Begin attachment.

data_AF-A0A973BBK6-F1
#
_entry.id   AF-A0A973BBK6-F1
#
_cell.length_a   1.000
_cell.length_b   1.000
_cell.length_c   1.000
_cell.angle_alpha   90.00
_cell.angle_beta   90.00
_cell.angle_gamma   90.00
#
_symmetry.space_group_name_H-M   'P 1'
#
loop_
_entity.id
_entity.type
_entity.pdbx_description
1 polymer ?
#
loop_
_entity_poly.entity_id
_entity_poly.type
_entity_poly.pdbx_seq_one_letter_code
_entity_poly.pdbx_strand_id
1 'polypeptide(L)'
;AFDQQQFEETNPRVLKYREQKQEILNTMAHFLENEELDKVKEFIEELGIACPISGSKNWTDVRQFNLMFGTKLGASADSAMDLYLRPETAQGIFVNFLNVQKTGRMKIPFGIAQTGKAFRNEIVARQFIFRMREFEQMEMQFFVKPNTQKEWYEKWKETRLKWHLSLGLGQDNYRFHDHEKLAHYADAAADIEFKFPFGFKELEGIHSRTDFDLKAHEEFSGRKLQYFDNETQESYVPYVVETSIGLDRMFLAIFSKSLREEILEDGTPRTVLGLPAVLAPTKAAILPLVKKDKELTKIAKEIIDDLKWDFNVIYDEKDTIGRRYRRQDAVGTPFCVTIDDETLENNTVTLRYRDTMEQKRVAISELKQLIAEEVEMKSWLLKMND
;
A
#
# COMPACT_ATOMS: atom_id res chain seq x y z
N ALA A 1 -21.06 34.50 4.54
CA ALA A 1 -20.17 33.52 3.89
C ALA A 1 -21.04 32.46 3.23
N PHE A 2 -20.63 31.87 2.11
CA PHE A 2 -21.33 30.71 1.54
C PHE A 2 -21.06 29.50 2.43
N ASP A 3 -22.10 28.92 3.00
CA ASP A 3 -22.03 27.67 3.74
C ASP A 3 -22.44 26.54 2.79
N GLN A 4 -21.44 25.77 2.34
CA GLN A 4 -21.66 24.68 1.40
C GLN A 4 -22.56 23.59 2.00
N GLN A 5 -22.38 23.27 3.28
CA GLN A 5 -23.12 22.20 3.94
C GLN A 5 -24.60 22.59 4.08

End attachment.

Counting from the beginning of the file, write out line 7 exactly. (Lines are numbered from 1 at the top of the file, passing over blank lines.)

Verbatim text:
_cell.length_c   1.000